JERUSALEM After four years of marriage, Tamar Tessler filed for divorce, taking her infant daughter and embarking on what she hoped would be a new chapter of her life.
Today, that daughter is 36 years old and Tessler is still awaiting the divorce.
Her husband long ago moved to America, said the 61-year-old retired nurse. But under Israeli law, she remains trapped in a defunct marriage that her husband won't allow to end. She can't legally remarry, was obligated as his spouse to repay some of his debts, and lost out on tax breaks for single mothers even though she raised their daughter alone.
Tessler is one of hundreds, perhaps thousands, of Israeli women caught in legal and social limbo because of a law that leaves matters of divorce for all Jewish citizens in the hands of a government-funded religious court.
The court, consisting of a panel of rabbis, bases its decisions on the customs of Orthodox Judaism. The rulings apply to all Jewish Israelis, whether they are Orthodox, Conservative or Reform, observant or secular. And their authority even extends to those who married abroad in civil ceremonies that were registered in Israel. Divorce for non-Jews is handled by their own religious institutions.
Under the court's interpretation of Jewish religious law, a husband's, or wife's, consent is necessary to end a marriage. As has been the case for centuries, a Jewish divorce is not final in Israel until men deliver handwritten divorce decrees into the hands of the women. A rabbi tears the document into pieces, which are then filed for record-keeping.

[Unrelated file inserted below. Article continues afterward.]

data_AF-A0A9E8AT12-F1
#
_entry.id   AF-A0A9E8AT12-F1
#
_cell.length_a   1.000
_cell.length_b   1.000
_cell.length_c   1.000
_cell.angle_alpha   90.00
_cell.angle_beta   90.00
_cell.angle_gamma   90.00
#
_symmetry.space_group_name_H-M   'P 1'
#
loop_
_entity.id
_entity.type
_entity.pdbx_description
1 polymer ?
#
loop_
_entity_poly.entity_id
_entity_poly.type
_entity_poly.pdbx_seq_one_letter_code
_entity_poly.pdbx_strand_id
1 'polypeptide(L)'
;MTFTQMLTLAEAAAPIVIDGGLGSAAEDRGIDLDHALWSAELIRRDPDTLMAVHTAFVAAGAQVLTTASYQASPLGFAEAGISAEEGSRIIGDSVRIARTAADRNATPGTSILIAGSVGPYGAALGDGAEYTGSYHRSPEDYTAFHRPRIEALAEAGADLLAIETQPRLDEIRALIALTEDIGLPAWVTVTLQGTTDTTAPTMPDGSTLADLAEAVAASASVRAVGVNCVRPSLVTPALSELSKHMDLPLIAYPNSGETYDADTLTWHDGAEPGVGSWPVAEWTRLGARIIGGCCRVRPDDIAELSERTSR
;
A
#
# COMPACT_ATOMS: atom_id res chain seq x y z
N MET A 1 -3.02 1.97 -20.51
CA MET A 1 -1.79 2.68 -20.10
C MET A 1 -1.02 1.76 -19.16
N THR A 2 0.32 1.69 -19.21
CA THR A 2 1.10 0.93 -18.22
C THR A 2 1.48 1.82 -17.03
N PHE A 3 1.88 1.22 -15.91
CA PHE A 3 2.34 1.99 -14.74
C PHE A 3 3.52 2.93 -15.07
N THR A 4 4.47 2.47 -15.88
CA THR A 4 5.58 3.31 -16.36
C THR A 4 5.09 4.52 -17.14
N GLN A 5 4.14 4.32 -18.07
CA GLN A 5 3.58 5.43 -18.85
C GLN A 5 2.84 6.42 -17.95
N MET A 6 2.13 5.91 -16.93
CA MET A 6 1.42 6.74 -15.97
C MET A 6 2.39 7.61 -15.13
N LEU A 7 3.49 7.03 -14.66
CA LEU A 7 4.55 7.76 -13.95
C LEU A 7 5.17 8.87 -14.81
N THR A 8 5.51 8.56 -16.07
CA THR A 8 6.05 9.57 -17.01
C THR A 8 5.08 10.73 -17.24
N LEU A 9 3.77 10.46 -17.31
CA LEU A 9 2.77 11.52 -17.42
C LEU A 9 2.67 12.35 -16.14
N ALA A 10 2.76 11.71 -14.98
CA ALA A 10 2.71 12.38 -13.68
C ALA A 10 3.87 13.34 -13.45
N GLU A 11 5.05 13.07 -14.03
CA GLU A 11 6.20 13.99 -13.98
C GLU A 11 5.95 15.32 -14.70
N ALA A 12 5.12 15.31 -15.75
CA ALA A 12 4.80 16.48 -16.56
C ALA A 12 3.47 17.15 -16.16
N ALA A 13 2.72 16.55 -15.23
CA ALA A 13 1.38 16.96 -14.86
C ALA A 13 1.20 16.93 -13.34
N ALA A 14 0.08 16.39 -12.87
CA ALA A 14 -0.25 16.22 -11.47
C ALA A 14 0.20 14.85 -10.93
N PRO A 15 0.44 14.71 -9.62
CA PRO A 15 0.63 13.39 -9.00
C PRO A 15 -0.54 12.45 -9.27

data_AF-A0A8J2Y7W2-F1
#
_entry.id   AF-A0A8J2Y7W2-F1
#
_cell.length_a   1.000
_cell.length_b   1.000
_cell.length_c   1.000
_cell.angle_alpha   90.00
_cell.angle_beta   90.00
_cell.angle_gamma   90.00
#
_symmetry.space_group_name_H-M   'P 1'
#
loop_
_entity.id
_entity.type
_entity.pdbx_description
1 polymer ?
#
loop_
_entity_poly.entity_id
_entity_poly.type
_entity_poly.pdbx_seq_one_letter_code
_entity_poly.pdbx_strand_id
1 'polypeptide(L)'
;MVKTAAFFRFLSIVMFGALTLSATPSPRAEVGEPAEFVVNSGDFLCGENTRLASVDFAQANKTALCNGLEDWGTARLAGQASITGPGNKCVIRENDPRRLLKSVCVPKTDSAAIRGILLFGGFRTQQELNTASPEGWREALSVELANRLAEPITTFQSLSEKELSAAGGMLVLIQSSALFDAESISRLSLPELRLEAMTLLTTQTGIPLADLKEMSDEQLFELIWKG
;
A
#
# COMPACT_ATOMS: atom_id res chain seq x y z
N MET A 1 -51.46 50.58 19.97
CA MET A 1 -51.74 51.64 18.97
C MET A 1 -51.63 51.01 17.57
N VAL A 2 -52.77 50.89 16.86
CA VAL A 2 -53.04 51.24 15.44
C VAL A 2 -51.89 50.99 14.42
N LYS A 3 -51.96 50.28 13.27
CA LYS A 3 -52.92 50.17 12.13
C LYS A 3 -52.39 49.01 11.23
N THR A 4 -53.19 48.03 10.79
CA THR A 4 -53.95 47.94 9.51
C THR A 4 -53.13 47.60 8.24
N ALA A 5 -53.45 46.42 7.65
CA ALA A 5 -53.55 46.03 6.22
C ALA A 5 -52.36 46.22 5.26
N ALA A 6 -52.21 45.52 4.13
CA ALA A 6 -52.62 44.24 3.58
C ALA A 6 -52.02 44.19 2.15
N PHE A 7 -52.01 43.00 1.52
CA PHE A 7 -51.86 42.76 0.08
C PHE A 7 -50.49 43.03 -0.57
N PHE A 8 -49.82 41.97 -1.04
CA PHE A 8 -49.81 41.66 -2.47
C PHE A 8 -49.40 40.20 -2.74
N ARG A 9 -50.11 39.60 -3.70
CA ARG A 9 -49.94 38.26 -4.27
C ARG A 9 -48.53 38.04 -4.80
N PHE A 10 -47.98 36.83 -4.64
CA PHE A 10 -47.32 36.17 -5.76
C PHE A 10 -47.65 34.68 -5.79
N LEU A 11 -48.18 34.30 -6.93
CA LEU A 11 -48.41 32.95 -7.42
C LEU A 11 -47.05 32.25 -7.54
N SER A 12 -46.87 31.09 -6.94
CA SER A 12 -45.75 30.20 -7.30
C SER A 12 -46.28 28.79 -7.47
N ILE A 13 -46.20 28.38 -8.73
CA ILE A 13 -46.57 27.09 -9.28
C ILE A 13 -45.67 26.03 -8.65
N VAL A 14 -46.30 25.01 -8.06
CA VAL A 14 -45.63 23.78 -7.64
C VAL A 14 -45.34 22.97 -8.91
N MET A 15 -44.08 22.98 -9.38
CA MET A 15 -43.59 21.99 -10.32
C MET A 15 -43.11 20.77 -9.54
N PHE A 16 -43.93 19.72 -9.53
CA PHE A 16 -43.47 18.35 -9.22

The rabbis can order a reluctant spouse to grant the divorce, and Israel's parliament is considering a bill to expand the court's power to apply pressure. But if a spouse refuses to undertake the religious rite, the court says, it doesn't have the power to dissolve the marriage. Rabbis have upheld the need for consent even in cases where a man has abused his wife, disappeared or molested their children.
Exploiting what amounts to veto power over a divorce, some men demand financial payoffs from the court. Others pressure wives to pay them, give up their homes, forgo child support or waive custody rights.
Women's rights advocates are pushing Israel's coalition government, the first in decades that does not include ultra-Orthodox parties, to pass reforms.
"When it comes to matters of divorce, Israel is a theocracy," said Batya Kahana-Dror, executive director of Mavoi Satum, a legal group devoted to helping women obtain divorces.
In Israel, there is no civil marriage, so Jews must wed in accordance with the rabbinate's Orthodox customs. Many opt for civil ceremonies abroad, which over the years have become legally recognized in Israel. But while the law has bent to permit different ways into marriage, there is still only one way out: the religious court.
To address the problem of refusal, the parliament in 1995 gave the rabbinical court expanded legal power to crack down on stubborn spouses by suspending driver's licenses, seizing bank accounts, preventing travel abroad and even imprisoning those who don't comply with an order to grant a divorce. One man has spent more than 10 years in jail.
Women's groups say the 1995 law hasn't made much difference because the court uses sanctions in less than 2 percent of cases. They recently pushed through a bill to include female members for the first time on the panel that appoints the court's rabbis.
The court rabbis insist they are trying to help.
"We are extremely sensitive to the situation in which a woman may be left without a divorce and go to great lengths to resolve it," said Eli Maimon, a rabbi assigned to assisting the wives.
The court hires former members of the country's spy agency to find missing husbands, posts a "most wanted" list on its website, and works with rabbis and women's groups around the world to shame men by banning them from the local synagogue or protesting at their homes.